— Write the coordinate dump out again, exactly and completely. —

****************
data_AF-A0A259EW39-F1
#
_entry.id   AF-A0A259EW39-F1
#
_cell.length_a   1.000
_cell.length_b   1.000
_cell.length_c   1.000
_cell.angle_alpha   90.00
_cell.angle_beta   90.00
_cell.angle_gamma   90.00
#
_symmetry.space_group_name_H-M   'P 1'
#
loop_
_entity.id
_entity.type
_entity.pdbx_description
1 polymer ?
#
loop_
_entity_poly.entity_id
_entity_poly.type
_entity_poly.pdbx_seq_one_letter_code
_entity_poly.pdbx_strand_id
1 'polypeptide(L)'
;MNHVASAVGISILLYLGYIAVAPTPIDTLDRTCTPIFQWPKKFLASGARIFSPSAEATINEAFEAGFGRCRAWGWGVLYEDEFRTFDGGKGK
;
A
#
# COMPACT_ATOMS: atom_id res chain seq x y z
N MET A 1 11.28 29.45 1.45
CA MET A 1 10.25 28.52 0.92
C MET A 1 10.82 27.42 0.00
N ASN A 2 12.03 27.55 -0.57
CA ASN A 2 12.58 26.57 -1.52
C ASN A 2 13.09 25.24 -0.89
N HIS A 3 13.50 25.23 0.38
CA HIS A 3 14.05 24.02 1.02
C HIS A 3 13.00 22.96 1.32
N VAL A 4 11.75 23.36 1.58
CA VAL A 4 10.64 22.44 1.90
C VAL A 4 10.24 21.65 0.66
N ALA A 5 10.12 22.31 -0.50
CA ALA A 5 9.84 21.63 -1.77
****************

data_AF-A0A259EW39-F1
#
_entry.id   AF-A0A259EW39-F1
#
_cell.length_a   1.000
_cell.length_b   1.000
_cell.length_c   1.000
_cell.angle_alpha   90.00
_cell.angle_beta   90.00
_cell.angle_gamma   90.00
#
_symmetry.space_group_name_H-M   'P 1'
#
loop_
_entity.id
_entity.type
_entity.pdbx_description
1 polymer ?
#
loop_
_entity_poly.entity_id
_entity_poly.type
_entity_poly.pdbx_seq_one_letter_code
_entity_poly.pdbx_strand_id
1 'polypeptide(L)'
;MNHVASAVGISILLYLGYIAVAPTPIDTLDRTCTPIFQWPKKFLASGARIFSPSAEATINEAFEAGFGRCRAWGWGVLYEDEFRTFDGGKGK
;
A
#
# COMPACT_ATOMS: atom_id res chain seq x y z
N MET A 1 11.28 29.45 1.45
CA MET A 1 10.25 28.52 0.92
C MET A 1 10.82 27.42 0.00
N ASN A 2 12.03 27.55 -0.57
CA ASN A 2 12.58 26.57 -1.52
C ASN A 2 13.09 25.24 -0.89
N HIS A 3 13.50 25.23 0.38
CA HIS A 3 14.05 24.02 1.02
C HIS A 3 13.00 22.96 1.32
N VAL A 4 11.75 23.36 1.58
CA VAL A 4 10.64 22.44 1.90
C VAL A 4 10.24 21.65 0.66
N ALA A 5 10.12 22.31 -0.50
CA ALA A 5 9.84 21.63 -1.77